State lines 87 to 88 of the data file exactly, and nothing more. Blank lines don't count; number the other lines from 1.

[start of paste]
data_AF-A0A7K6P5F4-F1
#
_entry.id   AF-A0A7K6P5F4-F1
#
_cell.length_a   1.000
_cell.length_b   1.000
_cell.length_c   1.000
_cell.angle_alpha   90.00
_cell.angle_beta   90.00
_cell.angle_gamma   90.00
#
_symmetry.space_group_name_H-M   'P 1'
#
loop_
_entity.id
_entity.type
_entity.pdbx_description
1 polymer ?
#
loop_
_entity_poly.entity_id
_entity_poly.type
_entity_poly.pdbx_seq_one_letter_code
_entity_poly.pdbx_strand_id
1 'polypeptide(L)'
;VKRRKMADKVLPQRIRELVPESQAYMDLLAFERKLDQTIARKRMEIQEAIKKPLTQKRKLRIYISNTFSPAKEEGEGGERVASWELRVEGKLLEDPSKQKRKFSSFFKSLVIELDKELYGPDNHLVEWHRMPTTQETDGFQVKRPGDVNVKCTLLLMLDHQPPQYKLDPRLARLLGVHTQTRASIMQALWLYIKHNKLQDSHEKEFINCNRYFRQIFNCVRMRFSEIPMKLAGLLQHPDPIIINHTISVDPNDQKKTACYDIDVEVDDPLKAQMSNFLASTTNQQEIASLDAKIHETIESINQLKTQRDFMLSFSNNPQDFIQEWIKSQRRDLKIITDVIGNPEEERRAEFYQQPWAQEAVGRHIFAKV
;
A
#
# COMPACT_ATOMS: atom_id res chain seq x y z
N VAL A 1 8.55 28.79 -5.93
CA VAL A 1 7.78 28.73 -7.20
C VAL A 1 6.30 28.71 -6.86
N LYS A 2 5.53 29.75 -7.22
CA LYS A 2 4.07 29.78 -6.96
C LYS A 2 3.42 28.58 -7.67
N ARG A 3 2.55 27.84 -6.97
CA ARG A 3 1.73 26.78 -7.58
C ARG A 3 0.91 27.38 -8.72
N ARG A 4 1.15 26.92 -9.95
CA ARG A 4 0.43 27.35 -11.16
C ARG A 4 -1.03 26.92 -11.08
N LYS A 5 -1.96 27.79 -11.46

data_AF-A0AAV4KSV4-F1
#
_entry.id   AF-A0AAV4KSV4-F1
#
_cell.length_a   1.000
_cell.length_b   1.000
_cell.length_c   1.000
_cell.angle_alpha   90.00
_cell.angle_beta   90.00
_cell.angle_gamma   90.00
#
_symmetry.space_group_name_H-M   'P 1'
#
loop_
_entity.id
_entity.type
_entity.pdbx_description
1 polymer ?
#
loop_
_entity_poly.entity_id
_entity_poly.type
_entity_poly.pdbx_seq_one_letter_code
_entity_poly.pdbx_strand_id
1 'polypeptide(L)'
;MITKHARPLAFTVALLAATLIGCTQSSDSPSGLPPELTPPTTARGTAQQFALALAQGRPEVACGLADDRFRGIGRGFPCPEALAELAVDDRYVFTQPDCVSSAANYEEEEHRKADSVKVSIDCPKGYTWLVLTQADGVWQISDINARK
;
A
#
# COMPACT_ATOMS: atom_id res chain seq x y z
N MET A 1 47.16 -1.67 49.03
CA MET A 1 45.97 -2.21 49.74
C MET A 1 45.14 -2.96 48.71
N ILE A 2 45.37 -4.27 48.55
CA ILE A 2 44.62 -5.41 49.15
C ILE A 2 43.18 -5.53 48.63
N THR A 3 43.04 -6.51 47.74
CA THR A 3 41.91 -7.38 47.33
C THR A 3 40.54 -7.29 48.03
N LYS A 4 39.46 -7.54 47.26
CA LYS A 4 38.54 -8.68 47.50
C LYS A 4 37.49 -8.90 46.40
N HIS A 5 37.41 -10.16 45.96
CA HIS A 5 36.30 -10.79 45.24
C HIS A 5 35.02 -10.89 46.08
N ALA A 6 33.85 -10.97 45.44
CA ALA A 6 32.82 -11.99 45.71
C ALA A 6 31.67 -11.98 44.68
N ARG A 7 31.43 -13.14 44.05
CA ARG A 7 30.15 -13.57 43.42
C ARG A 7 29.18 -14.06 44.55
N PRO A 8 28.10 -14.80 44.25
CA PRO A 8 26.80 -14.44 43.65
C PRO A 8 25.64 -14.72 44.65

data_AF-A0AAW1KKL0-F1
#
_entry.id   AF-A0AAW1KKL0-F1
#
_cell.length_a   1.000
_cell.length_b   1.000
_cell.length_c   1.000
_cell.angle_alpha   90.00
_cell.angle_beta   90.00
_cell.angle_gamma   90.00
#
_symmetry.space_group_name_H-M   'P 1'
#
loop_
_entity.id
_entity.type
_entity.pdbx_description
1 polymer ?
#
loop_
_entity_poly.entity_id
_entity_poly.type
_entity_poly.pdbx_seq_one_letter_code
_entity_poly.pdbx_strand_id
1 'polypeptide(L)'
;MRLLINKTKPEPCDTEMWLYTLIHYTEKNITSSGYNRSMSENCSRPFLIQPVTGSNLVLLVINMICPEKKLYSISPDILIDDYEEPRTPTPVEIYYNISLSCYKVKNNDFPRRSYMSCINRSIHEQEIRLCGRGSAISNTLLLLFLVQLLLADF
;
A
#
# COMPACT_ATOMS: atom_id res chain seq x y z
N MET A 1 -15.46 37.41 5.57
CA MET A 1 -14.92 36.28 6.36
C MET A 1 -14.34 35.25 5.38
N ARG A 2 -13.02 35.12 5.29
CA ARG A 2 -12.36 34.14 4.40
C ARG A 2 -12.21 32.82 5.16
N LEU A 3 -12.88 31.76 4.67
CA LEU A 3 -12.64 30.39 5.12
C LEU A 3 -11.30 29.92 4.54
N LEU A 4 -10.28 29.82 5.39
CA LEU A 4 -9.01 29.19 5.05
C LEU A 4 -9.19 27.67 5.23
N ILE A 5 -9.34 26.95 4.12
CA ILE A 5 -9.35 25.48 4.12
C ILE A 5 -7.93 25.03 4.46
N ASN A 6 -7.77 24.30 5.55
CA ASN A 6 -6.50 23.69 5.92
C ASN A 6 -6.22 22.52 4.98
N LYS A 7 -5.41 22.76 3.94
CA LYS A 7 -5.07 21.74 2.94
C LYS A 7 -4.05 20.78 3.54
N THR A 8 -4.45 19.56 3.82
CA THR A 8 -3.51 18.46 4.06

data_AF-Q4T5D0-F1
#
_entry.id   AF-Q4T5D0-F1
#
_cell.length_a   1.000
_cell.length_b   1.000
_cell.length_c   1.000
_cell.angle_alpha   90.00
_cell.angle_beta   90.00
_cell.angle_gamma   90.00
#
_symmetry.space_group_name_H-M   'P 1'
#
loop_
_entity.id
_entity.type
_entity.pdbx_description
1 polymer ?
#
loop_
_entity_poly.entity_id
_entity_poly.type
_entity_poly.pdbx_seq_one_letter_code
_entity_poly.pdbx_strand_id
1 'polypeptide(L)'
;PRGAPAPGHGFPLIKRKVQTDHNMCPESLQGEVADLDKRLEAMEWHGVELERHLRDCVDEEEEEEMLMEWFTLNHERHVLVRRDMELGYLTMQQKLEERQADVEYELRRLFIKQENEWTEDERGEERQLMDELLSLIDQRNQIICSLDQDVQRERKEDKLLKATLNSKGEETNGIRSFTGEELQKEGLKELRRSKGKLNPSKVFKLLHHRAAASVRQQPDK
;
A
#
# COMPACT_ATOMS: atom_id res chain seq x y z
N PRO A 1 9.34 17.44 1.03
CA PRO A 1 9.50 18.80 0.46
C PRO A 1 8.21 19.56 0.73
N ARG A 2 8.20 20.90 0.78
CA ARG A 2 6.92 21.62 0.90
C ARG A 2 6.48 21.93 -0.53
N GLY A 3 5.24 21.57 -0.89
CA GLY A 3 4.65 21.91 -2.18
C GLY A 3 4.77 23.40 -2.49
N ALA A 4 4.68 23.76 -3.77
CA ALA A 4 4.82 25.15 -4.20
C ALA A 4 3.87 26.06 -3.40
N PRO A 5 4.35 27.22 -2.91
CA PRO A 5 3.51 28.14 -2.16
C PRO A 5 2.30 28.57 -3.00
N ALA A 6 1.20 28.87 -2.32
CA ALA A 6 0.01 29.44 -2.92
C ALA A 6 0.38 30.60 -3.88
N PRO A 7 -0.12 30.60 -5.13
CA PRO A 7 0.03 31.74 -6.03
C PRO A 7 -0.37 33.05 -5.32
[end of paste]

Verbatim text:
CA HIS A 5 36.30 -10.79 45.24
C HIS A 5 35.02 -10.89 46.08